Asif Kabani, Reyes-Vasquez C and Dafny N
The University of Texas McGovern Medical School, USA
Posters & Accepted Abstracts: Neurochem Neuropharm
Methylphenidate (MPD) is a psychostimulant that is widely prescribed to treat attention deficit-hyperactivity disorder (ADHD). The effects of MPD, namely increased alertness and focus with decreased fatigue, make it a popular drug in the non-ADHD student population with this use spiking recently. There are still questions regarding the potential of abuse of MPD, reinforced by past psychostimulants being pulled from the market. The nucleus accumbens (NAc), part of the motive circuit that modulates drug seeking and reward behavior, is the target of MPD action. This study seeks to determine if there are any differences in behavioral and NAc neuronal activity in freely-behaving adolescent and adult rat models in response to acute and chronic exposure of differing doses of MPD. Rats at postnatal day (P) 40 (adolescent) and P60 (adult) were split into four groups: Saline (control), 0.6, 2.5 and 10.0 mg/kg MPD. After a 10 day protocol of 6 daily injections of saline or MPD, followed by 3 washout days and then a MPD re-challenge on day 10, the following was found. The same dose of MPD elicited behavioral sensitization in some animals and behavioral tolerance in others. In general, higher doses of MPD resulted in a greater ratio of tolerant to sensitized adults but the opposite was seen in the adolescents. In terms of neuronal activity, a significant difference was observed between animals that expressed sensitization versus tolerance. We hypothesize that different genotypes result in some animals expressing sensitization and others expressing tolerance. Moreover, this predisposition is reflected in the significant difference in baseline and locomotor neuronal activity and the different responses to MPD between adolescent and adult.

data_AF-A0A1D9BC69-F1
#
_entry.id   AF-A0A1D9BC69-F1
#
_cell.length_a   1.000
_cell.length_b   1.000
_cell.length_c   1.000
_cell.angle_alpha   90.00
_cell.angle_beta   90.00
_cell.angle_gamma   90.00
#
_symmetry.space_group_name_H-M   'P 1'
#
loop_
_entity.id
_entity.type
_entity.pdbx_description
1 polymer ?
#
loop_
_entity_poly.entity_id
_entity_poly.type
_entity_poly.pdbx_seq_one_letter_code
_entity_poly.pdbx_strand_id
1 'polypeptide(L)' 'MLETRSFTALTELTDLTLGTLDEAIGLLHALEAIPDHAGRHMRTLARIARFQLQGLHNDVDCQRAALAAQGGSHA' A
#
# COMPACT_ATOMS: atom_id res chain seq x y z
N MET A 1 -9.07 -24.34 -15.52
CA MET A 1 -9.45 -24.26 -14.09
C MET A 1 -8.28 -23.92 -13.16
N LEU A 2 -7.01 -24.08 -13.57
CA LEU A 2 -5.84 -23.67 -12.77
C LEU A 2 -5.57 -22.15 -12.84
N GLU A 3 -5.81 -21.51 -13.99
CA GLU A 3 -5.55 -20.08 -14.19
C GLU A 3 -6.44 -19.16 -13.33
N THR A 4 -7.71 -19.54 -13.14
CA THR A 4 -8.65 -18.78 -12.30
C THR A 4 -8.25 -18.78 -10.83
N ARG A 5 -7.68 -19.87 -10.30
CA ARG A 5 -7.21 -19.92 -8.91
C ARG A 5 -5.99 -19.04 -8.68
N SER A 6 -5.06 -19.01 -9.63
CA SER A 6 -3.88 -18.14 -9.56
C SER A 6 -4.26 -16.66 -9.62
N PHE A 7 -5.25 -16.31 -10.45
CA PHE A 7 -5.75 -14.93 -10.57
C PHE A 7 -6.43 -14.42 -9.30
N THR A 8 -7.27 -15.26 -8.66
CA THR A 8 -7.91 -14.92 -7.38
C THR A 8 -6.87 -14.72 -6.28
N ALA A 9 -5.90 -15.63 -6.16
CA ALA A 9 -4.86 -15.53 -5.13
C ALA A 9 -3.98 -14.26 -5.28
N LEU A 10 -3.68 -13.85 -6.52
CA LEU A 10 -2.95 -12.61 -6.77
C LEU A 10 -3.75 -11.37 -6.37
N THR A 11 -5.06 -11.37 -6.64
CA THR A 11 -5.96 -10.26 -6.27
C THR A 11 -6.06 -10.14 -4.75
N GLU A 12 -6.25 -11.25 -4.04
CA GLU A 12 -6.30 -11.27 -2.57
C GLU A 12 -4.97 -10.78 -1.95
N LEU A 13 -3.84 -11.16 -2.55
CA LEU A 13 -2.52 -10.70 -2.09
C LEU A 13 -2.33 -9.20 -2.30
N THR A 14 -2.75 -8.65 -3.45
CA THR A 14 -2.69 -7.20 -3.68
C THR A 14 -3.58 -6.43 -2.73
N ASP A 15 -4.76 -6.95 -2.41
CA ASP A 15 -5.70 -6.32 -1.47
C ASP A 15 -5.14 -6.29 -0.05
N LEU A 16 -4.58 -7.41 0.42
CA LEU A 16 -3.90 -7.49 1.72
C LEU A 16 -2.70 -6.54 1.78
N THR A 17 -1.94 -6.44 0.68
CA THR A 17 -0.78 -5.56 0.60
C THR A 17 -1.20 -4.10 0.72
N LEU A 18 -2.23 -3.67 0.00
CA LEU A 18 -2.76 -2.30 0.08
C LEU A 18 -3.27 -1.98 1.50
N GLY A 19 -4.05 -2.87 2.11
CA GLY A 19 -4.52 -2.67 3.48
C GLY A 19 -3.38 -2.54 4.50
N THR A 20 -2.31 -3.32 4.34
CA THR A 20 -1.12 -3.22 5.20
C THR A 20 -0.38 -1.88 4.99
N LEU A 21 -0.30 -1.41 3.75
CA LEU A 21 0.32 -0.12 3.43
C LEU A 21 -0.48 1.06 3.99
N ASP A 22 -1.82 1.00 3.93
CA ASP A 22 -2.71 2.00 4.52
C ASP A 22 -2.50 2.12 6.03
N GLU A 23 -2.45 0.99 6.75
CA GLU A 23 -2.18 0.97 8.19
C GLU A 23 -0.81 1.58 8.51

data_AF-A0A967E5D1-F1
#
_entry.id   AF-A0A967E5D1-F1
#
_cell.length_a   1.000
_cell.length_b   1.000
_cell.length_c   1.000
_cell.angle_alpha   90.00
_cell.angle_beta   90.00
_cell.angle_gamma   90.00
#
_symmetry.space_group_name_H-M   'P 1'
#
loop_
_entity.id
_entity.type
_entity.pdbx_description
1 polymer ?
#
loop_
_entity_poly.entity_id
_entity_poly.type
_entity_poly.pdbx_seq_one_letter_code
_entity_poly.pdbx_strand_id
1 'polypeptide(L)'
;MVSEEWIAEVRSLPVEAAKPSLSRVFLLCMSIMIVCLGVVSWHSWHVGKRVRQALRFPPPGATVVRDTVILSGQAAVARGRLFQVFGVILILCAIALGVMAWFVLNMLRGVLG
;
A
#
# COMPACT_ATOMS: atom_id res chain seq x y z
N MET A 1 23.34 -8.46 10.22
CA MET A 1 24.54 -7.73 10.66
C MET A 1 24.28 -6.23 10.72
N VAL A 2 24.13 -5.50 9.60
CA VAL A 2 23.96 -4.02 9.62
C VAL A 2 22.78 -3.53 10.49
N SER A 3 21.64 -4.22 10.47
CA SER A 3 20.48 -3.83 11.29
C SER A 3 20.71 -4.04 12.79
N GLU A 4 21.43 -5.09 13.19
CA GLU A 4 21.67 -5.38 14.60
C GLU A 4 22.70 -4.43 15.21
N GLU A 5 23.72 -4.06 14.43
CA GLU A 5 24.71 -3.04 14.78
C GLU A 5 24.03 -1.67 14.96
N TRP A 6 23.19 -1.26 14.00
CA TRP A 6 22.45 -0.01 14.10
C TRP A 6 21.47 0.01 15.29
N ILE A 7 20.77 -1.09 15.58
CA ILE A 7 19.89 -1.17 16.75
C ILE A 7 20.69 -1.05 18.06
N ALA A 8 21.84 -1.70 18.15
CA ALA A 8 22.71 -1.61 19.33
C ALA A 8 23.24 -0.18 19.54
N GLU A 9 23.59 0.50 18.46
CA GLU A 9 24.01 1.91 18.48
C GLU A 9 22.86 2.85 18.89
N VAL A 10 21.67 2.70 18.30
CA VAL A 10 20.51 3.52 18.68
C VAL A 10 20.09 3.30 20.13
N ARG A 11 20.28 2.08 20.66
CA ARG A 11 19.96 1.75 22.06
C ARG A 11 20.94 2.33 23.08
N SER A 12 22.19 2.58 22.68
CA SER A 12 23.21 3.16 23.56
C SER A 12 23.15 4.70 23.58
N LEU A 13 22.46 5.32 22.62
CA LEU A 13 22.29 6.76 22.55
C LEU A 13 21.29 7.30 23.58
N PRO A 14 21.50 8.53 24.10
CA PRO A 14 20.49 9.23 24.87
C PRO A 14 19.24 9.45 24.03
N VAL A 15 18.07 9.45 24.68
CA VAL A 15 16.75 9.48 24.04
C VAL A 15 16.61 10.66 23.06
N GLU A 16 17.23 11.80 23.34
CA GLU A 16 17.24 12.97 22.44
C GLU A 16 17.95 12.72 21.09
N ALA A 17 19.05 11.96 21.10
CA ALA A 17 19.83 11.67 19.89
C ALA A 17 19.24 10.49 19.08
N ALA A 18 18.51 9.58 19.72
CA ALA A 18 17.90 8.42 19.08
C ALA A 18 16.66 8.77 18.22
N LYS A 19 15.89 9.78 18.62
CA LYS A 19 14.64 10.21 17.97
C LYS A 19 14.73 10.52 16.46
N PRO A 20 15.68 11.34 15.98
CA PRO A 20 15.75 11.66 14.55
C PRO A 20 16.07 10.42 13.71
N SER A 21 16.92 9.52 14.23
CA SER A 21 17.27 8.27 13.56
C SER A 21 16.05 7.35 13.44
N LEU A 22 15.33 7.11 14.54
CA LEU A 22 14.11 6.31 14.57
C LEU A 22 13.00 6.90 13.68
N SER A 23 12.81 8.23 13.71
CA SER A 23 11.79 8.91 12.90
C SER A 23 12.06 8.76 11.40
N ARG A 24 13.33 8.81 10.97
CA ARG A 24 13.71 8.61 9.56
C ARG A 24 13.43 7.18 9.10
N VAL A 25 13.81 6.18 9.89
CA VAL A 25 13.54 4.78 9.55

Asif Kabani has completed his high school and undergraduate studies in Dallas, USA. After graduating from the University of Texas at Dallas, he moved to Houston for Medical School. In addition to his global health concentration, he works as a tutor and assumes leadership positions in the extracurricular activities he is involved in.